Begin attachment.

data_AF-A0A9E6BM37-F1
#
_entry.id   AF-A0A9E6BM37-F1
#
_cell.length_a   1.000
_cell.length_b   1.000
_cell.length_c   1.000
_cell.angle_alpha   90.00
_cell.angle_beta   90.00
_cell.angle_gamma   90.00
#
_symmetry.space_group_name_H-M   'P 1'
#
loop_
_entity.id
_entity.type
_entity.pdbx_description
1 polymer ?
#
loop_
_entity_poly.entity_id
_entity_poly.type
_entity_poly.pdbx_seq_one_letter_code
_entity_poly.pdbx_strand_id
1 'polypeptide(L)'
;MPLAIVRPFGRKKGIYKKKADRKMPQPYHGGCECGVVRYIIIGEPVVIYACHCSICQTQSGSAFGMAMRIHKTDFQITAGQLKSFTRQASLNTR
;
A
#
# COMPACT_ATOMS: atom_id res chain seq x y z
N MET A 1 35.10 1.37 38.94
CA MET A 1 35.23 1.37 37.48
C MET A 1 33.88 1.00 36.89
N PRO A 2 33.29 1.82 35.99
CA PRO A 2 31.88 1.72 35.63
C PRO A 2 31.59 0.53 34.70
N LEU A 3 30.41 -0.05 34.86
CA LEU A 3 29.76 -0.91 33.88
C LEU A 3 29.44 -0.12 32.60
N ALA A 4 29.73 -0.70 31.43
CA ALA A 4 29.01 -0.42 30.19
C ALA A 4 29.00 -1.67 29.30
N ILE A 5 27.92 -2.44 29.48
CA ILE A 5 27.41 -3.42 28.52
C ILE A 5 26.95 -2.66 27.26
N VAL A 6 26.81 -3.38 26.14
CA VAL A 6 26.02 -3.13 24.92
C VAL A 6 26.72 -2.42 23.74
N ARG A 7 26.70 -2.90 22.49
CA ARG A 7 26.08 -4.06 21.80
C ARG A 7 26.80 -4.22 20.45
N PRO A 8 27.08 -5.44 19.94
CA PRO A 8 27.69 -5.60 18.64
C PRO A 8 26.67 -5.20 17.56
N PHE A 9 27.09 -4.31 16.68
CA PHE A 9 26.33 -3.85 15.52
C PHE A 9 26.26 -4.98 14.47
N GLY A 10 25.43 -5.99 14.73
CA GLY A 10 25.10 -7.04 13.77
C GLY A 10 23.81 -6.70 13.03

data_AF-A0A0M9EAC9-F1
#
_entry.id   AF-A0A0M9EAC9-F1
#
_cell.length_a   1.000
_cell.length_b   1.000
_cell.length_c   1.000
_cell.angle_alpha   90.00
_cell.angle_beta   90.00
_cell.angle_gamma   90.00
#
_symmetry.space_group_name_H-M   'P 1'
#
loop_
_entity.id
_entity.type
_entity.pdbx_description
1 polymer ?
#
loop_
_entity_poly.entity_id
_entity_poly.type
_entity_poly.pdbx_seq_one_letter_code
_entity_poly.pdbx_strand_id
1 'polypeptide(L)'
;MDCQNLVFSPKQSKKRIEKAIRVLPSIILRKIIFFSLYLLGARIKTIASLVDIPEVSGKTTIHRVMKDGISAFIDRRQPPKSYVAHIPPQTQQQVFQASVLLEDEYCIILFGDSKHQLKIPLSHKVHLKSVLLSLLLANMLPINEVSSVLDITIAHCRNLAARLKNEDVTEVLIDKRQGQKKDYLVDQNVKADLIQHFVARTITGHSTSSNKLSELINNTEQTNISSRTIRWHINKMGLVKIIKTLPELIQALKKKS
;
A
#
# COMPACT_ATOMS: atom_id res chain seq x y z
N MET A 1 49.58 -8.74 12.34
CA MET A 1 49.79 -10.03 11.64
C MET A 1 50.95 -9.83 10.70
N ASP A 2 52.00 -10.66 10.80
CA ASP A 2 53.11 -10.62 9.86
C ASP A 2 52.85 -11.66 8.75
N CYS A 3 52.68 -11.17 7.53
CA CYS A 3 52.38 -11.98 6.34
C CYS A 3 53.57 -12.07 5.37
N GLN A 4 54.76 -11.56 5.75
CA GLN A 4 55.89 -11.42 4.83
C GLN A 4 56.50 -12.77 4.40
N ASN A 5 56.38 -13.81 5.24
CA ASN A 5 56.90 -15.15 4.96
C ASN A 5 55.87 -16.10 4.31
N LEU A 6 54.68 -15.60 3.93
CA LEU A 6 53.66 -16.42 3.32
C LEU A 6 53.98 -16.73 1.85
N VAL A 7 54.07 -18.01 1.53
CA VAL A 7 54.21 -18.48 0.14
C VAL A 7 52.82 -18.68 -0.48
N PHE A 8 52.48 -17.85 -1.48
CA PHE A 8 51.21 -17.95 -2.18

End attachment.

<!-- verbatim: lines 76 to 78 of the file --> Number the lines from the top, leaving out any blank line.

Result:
_entity.type
_entity.pdbx_description
1 polymer ?